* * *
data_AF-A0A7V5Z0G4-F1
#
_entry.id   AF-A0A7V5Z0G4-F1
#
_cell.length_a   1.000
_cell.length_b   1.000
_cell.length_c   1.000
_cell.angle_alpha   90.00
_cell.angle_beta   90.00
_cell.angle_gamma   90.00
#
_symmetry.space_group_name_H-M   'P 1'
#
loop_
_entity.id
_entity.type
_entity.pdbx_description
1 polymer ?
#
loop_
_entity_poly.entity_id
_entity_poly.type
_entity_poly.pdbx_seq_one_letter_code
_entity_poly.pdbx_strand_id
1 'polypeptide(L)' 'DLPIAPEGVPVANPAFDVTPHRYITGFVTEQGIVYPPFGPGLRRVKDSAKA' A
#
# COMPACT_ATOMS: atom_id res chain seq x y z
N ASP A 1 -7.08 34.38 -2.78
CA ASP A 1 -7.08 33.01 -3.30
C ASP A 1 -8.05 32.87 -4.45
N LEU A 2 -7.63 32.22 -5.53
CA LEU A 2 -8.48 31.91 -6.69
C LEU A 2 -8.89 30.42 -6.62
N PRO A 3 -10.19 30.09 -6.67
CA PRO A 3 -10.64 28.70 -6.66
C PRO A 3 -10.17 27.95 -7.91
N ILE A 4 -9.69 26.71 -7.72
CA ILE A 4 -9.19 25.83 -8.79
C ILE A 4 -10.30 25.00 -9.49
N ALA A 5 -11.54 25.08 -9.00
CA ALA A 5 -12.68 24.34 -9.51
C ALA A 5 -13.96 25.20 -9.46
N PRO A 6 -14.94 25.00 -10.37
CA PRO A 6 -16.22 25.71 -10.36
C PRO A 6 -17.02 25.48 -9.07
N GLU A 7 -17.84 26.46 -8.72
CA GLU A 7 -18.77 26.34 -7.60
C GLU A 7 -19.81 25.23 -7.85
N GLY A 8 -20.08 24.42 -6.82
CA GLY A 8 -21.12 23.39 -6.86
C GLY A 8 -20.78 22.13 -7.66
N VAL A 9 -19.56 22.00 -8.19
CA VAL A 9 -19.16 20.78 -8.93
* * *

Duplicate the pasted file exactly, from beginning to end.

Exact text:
data_AF-A0A7V5Z0G4-F1
#
_entry.id   AF-A0A7V5Z0G4-F1
#
_cell.length_a   1.000
_cell.length_b   1.000
_cell.length_c   1.000
_cell.angle_alpha   90.00
_cell.angle_beta   90.00
_cell.angle_gamma   90.00
#
_symmetry.space_group_name_H-M   'P 1'
#
loop_
_entity.id
_entity.type
_entity.pdbx_description
1 polymer ?
#
loop_
_entity_poly.entity_id
_entity_poly.type
_entity_poly.pdbx_seq_one_letter_code
_entity_poly.pdbx_strand_id
1 'polypeptide(L)' 'DLPIAPEGVPVANPAFDVTPHRYITGFVTEQGIVYPPFGPGLRRVKDSAKA' A
#
# COMPACT_ATOMS: atom_id res chain seq x y z
N ASP A 1 -7.08 34.38 -2.78
CA ASP A 1 -7.08 33.01 -3.30
C ASP A 1 -8.05 32.87 -4.45
N LEU A 2 -7.63 32.22 -5.53
CA LEU A 2 -8.48 31.91 -6.69
C LEU A 2 -8.89 30.42 -6.62
N PRO A 3 -10.19 30.09 -6.67
CA PRO A 3 -10.64 28.70 -6.66
C PRO A 3 -10.17 27.95 -7.91
N ILE A 4 -9.69 26.71 -7.72
CA ILE A 4 -9.19 25.83 -8.79
C ILE A 4 -10.30 25.00 -9.49
N ALA A 5 -11.54 25.08 -9.00
CA ALA A 5 -12.68 24.34 -9.51
C ALA A 5 -13.96 25.20 -9.46
N PRO A 6 -14.94 25.00 -10.37
CA PRO A 6 -16.22 25.71 -10.36
C PRO A 6 -17.02 25.48 -9.07
N GLU A 7 -17.84 26.46 -8.72
CA GLU A 7 -18.77 26.34 -7.60
C GLU A 7 -19.81 25.23 -7.85
N GLY A 8 -20.08 24.42 -6.82
CA GLY A 8 -21.12 23.39 -6.86
C GLY A 8 -20.78 22.13 -7.66
N VAL A 9 -19.56 22.00 -8.19
CA VAL A 9 -19.16 20.78 -8.93